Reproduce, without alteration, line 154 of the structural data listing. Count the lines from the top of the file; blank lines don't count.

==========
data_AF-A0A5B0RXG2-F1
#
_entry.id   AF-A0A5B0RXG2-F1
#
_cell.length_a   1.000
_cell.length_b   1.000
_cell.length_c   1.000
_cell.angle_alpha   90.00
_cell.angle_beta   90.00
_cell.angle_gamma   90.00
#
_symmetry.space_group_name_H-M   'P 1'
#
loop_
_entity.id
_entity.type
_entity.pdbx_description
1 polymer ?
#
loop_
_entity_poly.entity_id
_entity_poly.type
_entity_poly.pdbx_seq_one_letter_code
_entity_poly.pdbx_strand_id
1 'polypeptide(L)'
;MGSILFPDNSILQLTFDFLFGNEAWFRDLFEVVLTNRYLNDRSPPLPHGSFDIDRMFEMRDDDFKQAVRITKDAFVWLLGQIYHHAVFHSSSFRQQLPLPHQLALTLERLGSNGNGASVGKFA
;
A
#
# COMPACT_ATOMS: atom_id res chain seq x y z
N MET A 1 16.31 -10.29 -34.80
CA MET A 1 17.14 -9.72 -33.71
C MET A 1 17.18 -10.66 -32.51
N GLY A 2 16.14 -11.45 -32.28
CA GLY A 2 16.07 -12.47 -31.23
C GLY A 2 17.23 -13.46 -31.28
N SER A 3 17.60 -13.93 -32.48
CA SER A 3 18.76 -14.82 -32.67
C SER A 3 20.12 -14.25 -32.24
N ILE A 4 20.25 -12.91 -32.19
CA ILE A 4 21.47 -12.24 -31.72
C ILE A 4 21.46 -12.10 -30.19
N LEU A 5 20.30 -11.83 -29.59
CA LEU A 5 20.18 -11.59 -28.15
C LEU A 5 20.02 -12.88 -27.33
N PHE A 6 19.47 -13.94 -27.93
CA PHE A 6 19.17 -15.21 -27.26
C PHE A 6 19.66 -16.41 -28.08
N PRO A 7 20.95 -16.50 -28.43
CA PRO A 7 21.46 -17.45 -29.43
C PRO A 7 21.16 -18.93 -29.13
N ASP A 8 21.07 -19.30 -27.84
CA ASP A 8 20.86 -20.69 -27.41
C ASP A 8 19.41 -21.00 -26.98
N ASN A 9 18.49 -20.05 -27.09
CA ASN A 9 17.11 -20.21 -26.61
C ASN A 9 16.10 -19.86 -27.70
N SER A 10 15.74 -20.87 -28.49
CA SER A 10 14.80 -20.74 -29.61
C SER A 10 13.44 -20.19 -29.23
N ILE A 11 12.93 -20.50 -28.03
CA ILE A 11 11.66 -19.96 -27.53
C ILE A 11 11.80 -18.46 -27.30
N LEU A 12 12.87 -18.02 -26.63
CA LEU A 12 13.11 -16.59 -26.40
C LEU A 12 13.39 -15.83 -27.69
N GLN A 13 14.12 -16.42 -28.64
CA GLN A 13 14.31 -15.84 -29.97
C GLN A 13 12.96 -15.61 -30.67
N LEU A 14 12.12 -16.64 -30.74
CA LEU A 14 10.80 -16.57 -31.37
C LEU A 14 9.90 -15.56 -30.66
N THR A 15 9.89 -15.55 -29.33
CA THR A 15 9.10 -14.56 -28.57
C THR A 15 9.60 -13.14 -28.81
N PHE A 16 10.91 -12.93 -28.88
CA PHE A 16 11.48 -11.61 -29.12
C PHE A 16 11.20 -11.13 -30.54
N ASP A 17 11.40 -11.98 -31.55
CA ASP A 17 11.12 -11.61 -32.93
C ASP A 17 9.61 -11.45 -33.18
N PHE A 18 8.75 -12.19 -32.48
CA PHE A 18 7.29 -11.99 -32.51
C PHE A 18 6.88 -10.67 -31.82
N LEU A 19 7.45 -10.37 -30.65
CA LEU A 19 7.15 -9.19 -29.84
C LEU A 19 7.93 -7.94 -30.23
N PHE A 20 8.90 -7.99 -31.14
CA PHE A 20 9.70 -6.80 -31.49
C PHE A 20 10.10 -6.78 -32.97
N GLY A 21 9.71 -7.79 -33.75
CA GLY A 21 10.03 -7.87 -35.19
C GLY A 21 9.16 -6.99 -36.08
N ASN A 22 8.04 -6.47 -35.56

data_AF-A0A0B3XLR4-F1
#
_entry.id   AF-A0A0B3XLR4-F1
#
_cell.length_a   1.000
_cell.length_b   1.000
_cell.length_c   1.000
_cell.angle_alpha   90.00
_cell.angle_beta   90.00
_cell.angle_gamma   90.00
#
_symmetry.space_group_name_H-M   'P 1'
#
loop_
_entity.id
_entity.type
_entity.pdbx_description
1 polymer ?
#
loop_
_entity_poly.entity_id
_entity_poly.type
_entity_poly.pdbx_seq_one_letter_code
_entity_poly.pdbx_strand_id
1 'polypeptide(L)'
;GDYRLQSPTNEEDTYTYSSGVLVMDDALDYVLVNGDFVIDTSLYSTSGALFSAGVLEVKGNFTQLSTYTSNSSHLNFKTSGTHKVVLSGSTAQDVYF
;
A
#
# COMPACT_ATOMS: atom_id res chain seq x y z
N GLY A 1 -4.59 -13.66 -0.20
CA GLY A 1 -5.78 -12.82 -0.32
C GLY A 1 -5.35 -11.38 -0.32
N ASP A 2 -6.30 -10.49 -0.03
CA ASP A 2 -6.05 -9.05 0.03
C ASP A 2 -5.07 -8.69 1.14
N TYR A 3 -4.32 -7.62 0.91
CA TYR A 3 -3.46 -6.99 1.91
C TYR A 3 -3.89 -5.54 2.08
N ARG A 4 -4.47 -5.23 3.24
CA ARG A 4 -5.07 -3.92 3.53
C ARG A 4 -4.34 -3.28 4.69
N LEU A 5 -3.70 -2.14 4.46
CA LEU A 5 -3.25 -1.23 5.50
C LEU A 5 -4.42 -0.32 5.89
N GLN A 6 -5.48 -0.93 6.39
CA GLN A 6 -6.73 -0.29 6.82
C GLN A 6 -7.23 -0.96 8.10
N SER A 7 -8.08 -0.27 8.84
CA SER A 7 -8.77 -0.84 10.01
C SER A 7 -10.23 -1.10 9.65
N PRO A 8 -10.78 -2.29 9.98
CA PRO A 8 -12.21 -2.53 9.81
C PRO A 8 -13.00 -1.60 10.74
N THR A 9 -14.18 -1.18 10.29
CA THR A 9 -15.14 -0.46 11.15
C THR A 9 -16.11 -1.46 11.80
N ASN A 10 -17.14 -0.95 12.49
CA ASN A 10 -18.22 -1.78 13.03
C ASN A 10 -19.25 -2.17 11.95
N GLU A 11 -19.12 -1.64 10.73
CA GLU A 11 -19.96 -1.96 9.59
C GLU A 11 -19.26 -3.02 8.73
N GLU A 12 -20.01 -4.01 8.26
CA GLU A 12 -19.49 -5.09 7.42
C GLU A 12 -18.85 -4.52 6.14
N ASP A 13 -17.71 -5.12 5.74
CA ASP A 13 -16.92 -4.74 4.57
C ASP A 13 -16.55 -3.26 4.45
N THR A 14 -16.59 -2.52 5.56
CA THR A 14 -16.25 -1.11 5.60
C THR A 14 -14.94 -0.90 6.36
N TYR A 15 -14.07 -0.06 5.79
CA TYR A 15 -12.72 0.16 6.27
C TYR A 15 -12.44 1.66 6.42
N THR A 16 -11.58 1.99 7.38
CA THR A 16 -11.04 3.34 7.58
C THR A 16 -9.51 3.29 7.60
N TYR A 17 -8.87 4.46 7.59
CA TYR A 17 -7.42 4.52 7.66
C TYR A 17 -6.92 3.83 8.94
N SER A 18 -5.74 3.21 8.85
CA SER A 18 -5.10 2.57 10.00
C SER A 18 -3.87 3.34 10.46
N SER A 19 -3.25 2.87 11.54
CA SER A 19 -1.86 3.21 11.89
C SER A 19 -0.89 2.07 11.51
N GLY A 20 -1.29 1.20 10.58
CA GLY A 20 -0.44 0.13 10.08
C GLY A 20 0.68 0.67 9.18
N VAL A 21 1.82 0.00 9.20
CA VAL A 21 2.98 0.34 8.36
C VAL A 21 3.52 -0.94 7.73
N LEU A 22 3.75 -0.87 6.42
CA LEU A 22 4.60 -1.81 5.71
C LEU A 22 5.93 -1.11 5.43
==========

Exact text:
C ASN A 10 -19.25 -2.17 11.95